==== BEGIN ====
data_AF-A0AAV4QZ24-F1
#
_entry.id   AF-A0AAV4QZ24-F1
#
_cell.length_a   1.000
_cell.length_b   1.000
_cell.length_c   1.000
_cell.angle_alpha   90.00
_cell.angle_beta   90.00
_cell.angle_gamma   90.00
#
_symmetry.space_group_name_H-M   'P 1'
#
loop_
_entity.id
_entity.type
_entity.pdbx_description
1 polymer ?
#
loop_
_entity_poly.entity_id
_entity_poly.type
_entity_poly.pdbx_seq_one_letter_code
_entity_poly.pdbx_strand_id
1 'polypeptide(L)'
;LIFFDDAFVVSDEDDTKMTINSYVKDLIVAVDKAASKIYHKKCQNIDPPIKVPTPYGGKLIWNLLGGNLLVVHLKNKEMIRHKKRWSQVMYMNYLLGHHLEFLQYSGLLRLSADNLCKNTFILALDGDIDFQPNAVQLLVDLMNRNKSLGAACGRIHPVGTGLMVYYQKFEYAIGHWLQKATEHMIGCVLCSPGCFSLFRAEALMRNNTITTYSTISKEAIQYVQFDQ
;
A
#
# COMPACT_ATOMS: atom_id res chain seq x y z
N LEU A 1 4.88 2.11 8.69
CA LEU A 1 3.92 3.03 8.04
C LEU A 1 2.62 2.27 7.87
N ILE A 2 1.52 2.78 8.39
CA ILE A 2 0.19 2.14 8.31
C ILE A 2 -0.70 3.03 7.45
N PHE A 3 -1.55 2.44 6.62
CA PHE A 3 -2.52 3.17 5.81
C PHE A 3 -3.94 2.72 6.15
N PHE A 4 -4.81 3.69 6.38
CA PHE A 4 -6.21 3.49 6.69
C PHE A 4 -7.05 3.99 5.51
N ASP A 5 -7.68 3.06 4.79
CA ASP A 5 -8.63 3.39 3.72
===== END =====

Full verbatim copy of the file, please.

data_AF-A0AAV4QZ24-F1
#
_entry.id   AF-A0AAV4QZ24-F1
#
_cell.length_a   1.000
_cell.length_b   1.000
_cell.length_c   1.000
_cell.angle_alpha   90.00
_cell.angle_beta   90.00
_cell.angle_gamma   90.00
#
_symmetry.space_group_name_H-M   'P 1'
#
loop_
_entity.id
_entity.type
_entity.pdbx_description
1 polymer ?
#
loop_
_entity_poly.entity_id
_entity_poly.type
_entity_poly.pdbx_seq_one_letter_code
_entity_poly.pdbx_strand_id
1 'polypeptide(L)'
;LIFFDDAFVVSDEDDTKMTINSYVKDLIVAVDKAASKIYHKKCQNIDPPIKVPTPYGGKLIWNLLGGNLLVVHLKNKEMIRHKKRWSQVMYMNYLLGHHLEFLQYSGLLRLSADNLCKNTFILALDGDIDFQPNAVQLLVDLMNRNKSLGAACGRIHPVGTGLMVYYQKFEYAIGHWLQKATEHMIGCVLCSPGCFSLFRAEALMRNNTITTYSTISKEAIQYVQFDQ
;
A
#
# COMPACT_ATOMS: atom_id res chain seq x y z
N LEU A 1 4.88 2.11 8.69
CA LEU A 1 3.92 3.03 8.04
C LEU A 1 2.62 2.27 7.87
N ILE A 2 1.52 2.78 8.39
CA ILE A 2 0.19 2.14 8.31
C ILE A 2 -0.70 3.03 7.45
N PHE A 3 -1.55 2.44 6.62
CA PHE A 3 -2.52 3.17 5.81
C PHE A 3 -3.94 2.72 6.15
N PHE A 4 -4.81 3.69 6.38
CA PHE A 4 -6.21 3.49 6.69
C PHE A 4 -7.05 3.99 5.51
N ASP A 5 -7.68 3.06 4.79
CA ASP A 5 -8.63 3.39 3.72